[mildly] Alright, Rich. I wasn't promoting the credo view, ye ken, simply referencing it.
This is not a typical "Reformed Baptist" view as I am aware. Typically Reformed Baptist exclude their children from being members, that is unless they die, and then they fight for the notion that they were in the New Covenant without a profession.
we ought to wait until they manifest their election by bringing forth the fruits of it demontrating they belong to the covenant and then baptise them.
I believe that Baptism testifies your repetance and turn to faith in Christ. I see that consistently throughout the bible. (This includes circumcision. Abraham didn't beomce circumcised until he was declared righteous before God. Romans 4)
My gut reaction was to say no, but I suppose it would depend upon their age (how old was Isaac?)...but then there is the whole where does the age of discretion begin debate.
The circumcision of the flesh is replaced by the circumcision of the heart.
Not if they didn't profess.
Even in the OT, is the slaves in the house didn't profess, if they denied that they wanted to follow Jehovah, if they wanted to continue to worship false God, etc., they were not circumcised.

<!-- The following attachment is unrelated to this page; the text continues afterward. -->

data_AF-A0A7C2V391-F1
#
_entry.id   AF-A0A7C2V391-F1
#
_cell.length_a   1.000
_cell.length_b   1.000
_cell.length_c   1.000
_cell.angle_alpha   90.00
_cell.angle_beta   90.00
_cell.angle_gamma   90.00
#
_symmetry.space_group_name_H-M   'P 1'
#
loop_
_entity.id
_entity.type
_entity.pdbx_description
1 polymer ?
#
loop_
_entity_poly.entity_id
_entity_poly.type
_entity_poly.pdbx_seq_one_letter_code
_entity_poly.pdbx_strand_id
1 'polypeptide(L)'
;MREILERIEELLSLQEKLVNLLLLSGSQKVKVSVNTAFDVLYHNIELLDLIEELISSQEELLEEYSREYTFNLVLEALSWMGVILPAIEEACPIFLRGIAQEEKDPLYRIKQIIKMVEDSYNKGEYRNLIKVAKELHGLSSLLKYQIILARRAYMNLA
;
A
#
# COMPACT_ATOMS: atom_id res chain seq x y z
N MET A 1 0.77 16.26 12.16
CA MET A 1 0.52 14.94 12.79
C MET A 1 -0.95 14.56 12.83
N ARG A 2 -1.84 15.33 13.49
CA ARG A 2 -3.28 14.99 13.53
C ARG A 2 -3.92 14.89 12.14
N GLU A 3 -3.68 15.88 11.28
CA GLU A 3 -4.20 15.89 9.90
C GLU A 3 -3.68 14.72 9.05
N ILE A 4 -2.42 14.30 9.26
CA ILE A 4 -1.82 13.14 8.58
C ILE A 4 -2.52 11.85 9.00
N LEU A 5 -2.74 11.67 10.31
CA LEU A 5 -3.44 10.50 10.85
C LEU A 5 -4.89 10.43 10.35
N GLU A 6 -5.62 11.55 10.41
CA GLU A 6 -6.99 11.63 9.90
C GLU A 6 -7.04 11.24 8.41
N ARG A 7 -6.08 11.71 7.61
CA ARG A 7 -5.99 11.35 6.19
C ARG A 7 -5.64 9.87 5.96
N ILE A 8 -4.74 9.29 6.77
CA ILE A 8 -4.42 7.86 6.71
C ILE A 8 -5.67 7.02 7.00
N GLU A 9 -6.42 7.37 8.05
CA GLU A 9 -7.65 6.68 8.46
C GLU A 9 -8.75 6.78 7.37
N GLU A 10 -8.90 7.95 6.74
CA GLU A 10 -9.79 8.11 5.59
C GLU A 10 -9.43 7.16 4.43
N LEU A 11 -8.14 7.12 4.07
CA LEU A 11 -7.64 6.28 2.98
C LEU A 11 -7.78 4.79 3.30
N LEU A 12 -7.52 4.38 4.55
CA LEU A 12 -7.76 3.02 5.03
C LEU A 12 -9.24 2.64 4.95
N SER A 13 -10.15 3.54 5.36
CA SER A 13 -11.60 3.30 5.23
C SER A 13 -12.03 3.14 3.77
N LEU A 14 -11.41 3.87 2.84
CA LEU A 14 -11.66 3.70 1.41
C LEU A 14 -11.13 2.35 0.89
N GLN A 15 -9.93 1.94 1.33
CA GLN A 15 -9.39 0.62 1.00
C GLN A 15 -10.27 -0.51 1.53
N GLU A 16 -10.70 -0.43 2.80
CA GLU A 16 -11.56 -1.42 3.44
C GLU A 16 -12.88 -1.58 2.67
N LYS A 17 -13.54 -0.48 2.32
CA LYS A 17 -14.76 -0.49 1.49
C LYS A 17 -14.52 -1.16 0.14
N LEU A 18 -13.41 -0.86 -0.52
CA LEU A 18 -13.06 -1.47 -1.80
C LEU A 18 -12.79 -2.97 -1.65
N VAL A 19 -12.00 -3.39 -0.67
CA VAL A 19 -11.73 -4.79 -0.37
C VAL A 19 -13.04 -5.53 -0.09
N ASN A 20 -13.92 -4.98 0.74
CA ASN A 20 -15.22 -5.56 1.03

Now, I guess you could argue that this idea isn't true.
That, even granting all of the above, the slaves would be circumcised. So, we'd have, say, Moses, circumcising unwilling participants. Now, if you weren't willing, how would you feel about someone cutting parts of your member off with an ancient knife? So, was Moses running around like a manican, trapping running slaves, tying them down, and then cutting their members while they were kicking and screaming?
And then, these God haters were forced to take offerings to the priest? They were forced to repent, partake of the passover, etc?
Wow, what an interesting view baptists have of the OT.
Seems odd to me. But I think my paradigm makes more sense and is more plausible: Adults have always had to profess, children have not..
He wouldn't be included as a covenant member.
There were plenty of pagans who lived in Jewish territory, I think we can assume they were "asked" to turn unto Jehovah. If they did not, they still lived amongst the Jews, just not as a covenant member.
At any rate, if the salve "always did the will of the master," then we'd have all the slaves being circumcised because they professed faith and turned from their idols only to follow Jehovah.
So, even if your point is true, it just underscores my point.